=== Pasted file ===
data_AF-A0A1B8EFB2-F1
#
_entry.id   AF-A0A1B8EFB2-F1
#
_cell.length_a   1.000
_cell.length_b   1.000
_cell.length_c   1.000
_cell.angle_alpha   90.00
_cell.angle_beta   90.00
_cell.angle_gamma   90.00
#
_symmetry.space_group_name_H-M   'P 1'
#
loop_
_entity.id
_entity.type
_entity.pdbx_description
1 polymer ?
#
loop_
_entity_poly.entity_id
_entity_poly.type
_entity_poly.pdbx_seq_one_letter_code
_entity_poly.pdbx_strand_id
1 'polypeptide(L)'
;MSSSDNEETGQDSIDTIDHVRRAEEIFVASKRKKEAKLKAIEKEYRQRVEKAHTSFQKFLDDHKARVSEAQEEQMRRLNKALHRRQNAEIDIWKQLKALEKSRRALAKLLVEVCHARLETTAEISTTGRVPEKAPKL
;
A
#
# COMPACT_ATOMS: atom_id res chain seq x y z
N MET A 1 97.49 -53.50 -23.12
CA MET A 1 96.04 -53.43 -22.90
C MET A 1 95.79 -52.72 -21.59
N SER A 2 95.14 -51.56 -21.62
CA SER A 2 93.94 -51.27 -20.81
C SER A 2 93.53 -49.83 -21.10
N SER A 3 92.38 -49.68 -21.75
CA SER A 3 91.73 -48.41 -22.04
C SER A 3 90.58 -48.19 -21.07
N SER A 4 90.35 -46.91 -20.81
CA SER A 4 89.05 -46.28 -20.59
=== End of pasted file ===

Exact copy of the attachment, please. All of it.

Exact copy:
data_AF-A0A1B8EFB2-F1
#
_entry.id   AF-A0A1B8EFB2-F1
#
_cell.length_a   1.000
_cell.length_b   1.000
_cell.length_c   1.000
_cell.angle_alpha   90.00
_cell.angle_beta   90.00
_cell.angle_gamma   90.00
#
_symmetry.space_group_name_H-M   'P 1'
#
loop_
_entity.id
_entity.type
_entity.pdbx_description
1 polymer ?
#
loop_
_entity_poly.entity_id
_entity_poly.type
_entity_poly.pdbx_seq_one_letter_code
_entity_poly.pdbx_strand_id
1 'polypeptide(L)'
;MSSSDNEETGQDSIDTIDHVRRAEEIFVASKRKKEAKLKAIEKEYRQRVEKAHTSFQKFLDDHKARVSEAQEEQMRRLNKALHRRQNAEIDIWKQLKALEKSRRALAKLLVEVCHARLETTAEISTTGRVPEKAPKL
;
A
#
# COMPACT_ATOMS: atom_id res chain seq x y z
N MET A 1 97.49 -53.50 -23.12
CA MET A 1 96.04 -53.43 -22.90
C MET A 1 95.79 -52.72 -21.59
N SER A 2 95.14 -51.56 -21.62
CA SER A 2 93.94 -51.27 -20.81
C SER A 2 93.53 -49.83 -21.10
N SER A 3 92.38 -49.68 -21.75
CA SER A 3 91.73 -48.41 -22.04
C SER A 3 90.58 -48.19 -21.07
N SER A 4 90.35 -46.91 -20.81
CA SER A 4 89.05 -46.28 -20.59